The TCA has also awarded Deep Vellum an Arts Respond grant to support five publications of contemporary significance to Texans. Among these publications are a forthcoming volume of poetry entitled Welcome to Midland, by Dallas-based writer Logen Cure, about her experience growing up in West Texas; Beauty Salon, a novella by Mexican writer Mario Bellatin that has been an evocative symbol for the AIDS epidemic in Latin America and has particular relevance during the present Covid-19 pandemic; and The Nightgown and Other Poems, a bewitching debut collection of fairytale-turned-feminist poetry by Austin-based Russian American writer Taisia Kitaiskaia. In addition to publishing these works, Deep Vellum will host a variety of events to bring these writers to the Texas public.

The premier funding organization for artistic programming across the state, the TCA has long recognized the artistic value not only of the performing and visual arts, but also of the literary arts.

Deep Vellum Executive Director Will Evans explains, “Not everyone—and certainly not every organization—across the United States recognizes or understands the role of the literary arts in a vibrant arts community. We’re so grateful that the TCA knows that literary creation is valuable to any thriving arts ecosystem, and we love being among the great literary organizations that theTCA funds. It’s a rich community of friends and partners.”

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North Texas Giving Day 2020 Tue, 01 Sep 2020 22:04:39 +0000 It’s that time of year again: it’s North Texas Giving Day 2020! Back in May, we asked for your support to help us survive the economic fallout of the pandemic. We were blown away by the community response. Thanks to you, we’re not only surviving, we’re thriving, and we’re more focused than ever on publishing and amplifying stories by writers from all over the world, including our hometown. Next year we’re publishing an incredible 22 books by writers from Oaxaca to Wales to the Democratic Republic of Congo to (of course) Dallas. We’ll be organizing events to celebrate these writers, to raise awareness about accessibility issues in the literary arts, and to support writers across Texas. We can’t wait!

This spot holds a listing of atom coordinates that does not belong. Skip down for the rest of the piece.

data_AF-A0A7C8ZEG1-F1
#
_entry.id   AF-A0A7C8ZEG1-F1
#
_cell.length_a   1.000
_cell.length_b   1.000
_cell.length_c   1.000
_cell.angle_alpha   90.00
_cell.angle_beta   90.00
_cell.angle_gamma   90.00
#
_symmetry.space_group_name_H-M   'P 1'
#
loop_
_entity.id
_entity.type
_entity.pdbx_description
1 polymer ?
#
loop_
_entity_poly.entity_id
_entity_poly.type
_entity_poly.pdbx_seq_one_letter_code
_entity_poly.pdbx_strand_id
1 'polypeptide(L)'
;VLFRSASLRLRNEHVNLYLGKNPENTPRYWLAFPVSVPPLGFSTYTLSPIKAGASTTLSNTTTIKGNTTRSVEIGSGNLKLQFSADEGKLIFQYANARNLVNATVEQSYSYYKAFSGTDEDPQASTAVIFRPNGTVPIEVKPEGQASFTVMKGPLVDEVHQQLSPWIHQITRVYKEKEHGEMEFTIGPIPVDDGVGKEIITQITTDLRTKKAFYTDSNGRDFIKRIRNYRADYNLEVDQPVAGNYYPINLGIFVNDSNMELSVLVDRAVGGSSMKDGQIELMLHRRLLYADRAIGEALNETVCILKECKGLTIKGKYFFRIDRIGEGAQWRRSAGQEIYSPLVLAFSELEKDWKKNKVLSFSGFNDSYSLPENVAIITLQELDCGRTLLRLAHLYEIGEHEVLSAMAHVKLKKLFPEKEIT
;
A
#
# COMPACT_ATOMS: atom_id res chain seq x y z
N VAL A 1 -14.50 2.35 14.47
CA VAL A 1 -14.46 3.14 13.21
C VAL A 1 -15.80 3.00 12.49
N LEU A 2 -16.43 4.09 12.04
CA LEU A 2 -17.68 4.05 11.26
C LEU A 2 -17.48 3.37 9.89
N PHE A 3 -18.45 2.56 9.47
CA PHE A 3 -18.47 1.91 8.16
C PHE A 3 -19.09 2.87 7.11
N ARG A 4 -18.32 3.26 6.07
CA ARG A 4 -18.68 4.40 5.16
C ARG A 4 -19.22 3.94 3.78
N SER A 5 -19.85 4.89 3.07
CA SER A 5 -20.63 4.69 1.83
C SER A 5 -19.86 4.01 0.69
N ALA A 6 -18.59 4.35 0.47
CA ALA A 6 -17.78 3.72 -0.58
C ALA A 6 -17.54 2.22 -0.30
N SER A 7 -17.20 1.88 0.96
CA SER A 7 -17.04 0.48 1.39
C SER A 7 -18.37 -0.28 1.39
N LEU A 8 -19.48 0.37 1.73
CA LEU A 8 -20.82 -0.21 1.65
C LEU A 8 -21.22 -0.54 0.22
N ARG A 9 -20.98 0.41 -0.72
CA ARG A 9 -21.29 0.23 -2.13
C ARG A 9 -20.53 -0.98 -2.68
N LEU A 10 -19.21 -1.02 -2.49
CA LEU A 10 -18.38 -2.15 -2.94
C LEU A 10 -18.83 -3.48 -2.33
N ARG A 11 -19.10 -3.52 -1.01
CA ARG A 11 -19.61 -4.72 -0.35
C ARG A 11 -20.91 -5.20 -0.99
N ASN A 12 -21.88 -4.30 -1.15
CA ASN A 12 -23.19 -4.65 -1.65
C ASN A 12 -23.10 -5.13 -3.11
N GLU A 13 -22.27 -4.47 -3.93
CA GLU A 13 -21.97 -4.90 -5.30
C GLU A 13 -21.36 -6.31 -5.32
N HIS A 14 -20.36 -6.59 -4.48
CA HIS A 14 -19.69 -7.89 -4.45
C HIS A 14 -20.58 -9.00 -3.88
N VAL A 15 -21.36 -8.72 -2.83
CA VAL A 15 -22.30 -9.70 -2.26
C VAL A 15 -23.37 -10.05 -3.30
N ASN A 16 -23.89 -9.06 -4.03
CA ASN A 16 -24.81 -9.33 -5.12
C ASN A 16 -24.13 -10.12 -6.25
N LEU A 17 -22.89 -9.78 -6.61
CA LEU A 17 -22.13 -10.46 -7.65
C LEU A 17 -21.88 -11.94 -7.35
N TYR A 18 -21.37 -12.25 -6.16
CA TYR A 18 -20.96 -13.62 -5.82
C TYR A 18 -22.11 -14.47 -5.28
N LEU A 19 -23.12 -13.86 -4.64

But we need your help. If you’d like to help amplify these voices, you can make a donation to Deep Vellum here for North Texas Giving Day anytime between September 1 and September 17. Your donations will go directly to our regular operating expenses (not toward Covid relief), like author advances, translator payments, event costs, and staff salaries and benefits. This year, we’re also excited to announce that Charles Dee Mitchell, a dedicated supporter of Deep Vellum, will match your donations. So, for every dollar you give, Deep Vellum will receive $2 in order to support our upcoming programming.

That’s not all, though. We want to show you all the amazing work your donation will help support. From today through September 17, we’ll be publishing tiny previews of our upcoming books on our website; check back for new micro-excerpts each Wednesday. But wait, there’s more! Join us for an AMA with our founder and executive director Will Evans to ask Will anything you’ve ever wanted to know about Deep Vellum and the DV team (details to come; check our Events calendar and social media)!

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Reading List: Pride Month Tue, 30 Jun 2020 20:32:11 +0000

Happy Pride from Deep Vellum! To cap off Pride Month, Deep Vellum’s summer marketing interns decided to take a look at the LGBTQ+ books that have stuck with them. Whether through new releases or enduring classics (or, like our own Sphinx, books we hope will grow to be modern classics), the queer canon is a gorgeous, diverse, international, and constantly-growing list that deserves to be explored. Interested in purchasing these books? Head over to our sister bookstore, Deep Vellum Books to order these any many more, so your LGBTQ+ reading list extends just beyond June and into the rest of the year.


Confessions of a Mask by Yukio Mishima (New Directions, 1958)

Taking place in imperial Japan during World War II, this novel follows Kochan, a man who struggles from birth with his homosexuality. Vivid examinations and plenty of overthinking take place in his mind as he has his first crush, goes to war, and pursues an unfruitful relationship. Mishima’s prose is unsettling and all too real for me at times, reflecting the pervasive struggle in the queer community that we have to “make up” for our differences. Kochan’s self-scrutiny on the conflicting forces of attraction and cultural identity in his life reveal several “masks,” all compelling to explore in order to get closer to an ultimate truth about the self.